The arrival of miniature Bibles to 33 Chilean miners trapped some 2,300 feet underground is bolstering their hope of rescue.
"Give thanks to those who sent us the Bibles," a miner identified as Renan told a Brazilian weekly newsmagazine last week. The Bibles "gave me so much faith that I will leave here," Renan said.
Seventh-day Adventist officials in Chile say the Bibles they provided the miners are supplying spiritual light as the group awaits rescue. Local media outlets have labeled the miners' survival so far a miracle, and their reports have highlighted the church's initiative.
The miners -- who have been trapped since the August 5 collapse of a tunnel at the San Jose mine in Chile's Atacama desert -- rationed what would have been two days' worth of food to stretch until they were discovered some 17 days later. Now, they await rescue, which mining experts say could take up to four months.
The Associated Press on August 31 reported that preliminary drilling has begun to liberate the miners. While they wait, food, water, medical supplies -- and now, miniature Bibles -- are arriving through a supply shaft.
Carlos Parra Diaz, an Adventist pastor who oversees the northern Chilean district of Copiapo, secured approval from Laurence Golborne, the country's mining minister, to send Bibles to the trapped miners. Each volume is approximately three by five inches to fit into the device that is transporting supplies to the miners. Each Bible was personalized with a miner's name and included specific scriptures to encourage them.
"We have always been available to help our brothers who are suffering both outside and inside of the mine," Parra said. "Now we have prepared ... these mini Bibles so the miners, in their confinement, can read the Word of God."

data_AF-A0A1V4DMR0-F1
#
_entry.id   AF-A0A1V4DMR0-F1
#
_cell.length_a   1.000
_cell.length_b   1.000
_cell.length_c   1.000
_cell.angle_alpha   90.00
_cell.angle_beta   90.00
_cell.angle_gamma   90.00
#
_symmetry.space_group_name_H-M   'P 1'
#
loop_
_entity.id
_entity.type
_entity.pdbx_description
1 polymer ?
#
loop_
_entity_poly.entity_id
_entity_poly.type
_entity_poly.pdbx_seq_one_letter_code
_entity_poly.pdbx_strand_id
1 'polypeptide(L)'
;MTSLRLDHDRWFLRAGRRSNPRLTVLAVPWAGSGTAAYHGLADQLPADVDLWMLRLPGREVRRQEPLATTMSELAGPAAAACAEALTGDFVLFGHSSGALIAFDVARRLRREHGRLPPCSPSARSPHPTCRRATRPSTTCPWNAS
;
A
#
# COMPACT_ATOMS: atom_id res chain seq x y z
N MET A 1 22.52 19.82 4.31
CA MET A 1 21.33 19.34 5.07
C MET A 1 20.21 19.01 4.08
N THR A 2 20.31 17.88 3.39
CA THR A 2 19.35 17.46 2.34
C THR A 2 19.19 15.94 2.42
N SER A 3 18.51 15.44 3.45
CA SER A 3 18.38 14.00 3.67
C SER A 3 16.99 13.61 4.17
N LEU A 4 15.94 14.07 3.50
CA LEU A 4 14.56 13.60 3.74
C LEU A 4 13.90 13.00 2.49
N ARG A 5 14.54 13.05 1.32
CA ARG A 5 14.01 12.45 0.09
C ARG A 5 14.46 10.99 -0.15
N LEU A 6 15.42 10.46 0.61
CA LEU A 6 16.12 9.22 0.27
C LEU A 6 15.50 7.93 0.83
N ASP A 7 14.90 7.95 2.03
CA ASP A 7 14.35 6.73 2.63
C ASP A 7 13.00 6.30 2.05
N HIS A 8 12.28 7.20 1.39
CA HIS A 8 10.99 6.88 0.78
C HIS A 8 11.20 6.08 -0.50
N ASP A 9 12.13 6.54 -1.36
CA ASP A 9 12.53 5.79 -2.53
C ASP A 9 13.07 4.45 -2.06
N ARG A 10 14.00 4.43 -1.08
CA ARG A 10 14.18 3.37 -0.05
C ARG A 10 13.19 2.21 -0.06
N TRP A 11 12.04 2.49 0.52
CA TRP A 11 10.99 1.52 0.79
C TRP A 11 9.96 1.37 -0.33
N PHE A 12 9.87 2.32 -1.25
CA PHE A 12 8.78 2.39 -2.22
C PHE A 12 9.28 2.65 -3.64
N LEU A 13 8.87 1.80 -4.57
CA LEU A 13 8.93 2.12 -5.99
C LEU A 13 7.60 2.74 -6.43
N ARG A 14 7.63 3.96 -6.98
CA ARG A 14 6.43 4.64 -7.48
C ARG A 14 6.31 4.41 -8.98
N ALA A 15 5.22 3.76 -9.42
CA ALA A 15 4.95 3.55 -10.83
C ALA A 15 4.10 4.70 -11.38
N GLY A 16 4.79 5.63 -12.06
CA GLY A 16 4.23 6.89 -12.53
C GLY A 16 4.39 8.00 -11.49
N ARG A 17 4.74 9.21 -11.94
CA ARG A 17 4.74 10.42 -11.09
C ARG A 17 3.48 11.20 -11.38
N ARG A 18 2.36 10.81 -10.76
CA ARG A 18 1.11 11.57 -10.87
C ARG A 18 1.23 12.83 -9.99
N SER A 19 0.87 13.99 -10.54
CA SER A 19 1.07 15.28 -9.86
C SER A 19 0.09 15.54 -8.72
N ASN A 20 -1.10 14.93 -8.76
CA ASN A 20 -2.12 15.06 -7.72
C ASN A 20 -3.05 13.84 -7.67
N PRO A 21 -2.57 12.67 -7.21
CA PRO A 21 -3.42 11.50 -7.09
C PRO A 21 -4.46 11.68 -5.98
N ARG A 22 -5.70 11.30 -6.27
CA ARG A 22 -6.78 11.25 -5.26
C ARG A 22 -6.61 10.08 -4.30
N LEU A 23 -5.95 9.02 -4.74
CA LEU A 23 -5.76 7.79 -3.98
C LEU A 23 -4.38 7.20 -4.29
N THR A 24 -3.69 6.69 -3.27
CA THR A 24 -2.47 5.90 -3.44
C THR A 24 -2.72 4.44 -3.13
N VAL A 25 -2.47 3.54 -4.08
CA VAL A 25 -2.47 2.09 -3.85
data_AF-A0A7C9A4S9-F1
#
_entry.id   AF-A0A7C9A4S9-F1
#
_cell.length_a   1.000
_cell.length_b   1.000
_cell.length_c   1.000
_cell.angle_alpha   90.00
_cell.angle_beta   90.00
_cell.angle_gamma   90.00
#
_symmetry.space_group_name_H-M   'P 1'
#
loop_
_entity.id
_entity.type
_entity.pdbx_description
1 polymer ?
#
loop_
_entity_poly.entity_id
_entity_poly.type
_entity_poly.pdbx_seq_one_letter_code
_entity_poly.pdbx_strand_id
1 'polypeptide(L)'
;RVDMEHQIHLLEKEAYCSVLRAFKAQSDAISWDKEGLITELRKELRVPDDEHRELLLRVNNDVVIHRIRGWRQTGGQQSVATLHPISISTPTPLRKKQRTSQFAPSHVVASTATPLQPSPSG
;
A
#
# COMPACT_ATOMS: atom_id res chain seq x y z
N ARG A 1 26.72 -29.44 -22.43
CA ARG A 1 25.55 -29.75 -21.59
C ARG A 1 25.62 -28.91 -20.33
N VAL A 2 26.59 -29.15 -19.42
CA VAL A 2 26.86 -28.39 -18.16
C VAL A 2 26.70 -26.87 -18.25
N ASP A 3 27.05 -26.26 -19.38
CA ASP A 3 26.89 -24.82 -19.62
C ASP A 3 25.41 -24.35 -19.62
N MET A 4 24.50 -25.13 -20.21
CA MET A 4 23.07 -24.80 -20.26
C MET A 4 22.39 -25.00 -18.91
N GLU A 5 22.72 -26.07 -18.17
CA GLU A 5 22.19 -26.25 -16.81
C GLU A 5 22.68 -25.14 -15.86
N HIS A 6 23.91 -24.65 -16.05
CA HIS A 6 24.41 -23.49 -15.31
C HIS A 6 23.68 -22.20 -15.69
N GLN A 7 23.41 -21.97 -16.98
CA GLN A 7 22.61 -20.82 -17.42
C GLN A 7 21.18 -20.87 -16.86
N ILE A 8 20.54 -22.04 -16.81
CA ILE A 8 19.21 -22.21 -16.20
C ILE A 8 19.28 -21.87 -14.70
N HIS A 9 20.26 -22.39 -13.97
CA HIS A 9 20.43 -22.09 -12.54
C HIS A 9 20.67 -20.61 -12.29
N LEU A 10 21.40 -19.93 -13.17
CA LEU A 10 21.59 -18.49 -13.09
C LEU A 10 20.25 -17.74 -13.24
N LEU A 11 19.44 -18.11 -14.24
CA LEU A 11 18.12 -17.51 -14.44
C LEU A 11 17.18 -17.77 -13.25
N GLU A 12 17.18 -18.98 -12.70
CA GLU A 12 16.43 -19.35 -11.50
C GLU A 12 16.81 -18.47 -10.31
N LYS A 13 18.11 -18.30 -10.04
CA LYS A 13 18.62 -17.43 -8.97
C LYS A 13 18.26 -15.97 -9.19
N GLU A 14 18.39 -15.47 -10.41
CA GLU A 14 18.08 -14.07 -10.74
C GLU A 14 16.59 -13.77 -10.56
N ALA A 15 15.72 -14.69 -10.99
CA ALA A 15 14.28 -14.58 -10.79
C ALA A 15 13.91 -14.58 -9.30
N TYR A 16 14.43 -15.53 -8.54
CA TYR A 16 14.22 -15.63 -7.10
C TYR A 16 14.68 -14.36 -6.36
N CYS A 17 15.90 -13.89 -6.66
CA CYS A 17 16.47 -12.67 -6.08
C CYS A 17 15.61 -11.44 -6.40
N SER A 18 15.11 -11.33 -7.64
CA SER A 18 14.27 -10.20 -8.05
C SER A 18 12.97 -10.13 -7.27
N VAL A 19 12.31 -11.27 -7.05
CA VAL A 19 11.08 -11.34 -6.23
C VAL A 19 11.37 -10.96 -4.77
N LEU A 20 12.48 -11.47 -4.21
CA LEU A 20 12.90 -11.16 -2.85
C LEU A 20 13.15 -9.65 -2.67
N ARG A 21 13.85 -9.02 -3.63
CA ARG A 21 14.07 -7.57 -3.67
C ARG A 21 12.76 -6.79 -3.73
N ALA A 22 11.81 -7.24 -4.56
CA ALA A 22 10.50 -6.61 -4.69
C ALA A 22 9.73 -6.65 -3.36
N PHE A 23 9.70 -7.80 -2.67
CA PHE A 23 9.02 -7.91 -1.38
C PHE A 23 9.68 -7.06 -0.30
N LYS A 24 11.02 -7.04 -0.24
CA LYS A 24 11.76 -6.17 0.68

A magnifying glass accompanied each of the mini Bibles to make reading easier, the Brazilian newsmagazine reported. Each Bible is labeled with the words, "We are praying for your return." The magazine also said that Psalms 40 is highlighted in each Bible. The passage reads, in part, "I waited patiently for the Lord; and he inclined to me, and heard my cry. He also brought me up out of a horrible pit ... and set my feet upon a rock, and established my steps."
The church also gave a copy of the Bible to the ministers of health and mining, as well as to each of the families at the rescue site. Parra is acting as the camp's chaplain, local Adventist leaders said.
"If God has kept them alive, he will continue taking care of them," Parra told the Brazilian newsmagazine. "Before, the prayer was for our [countrymen] to be alive. Now, we pray that the final rescue [will] be long before they expect it to be. We are asking for another miracle," he said.
As a result of the Bible distribution, the church has established a presence in the mine area and is now a "spiritual reference" for the camp, local Adventist officials said.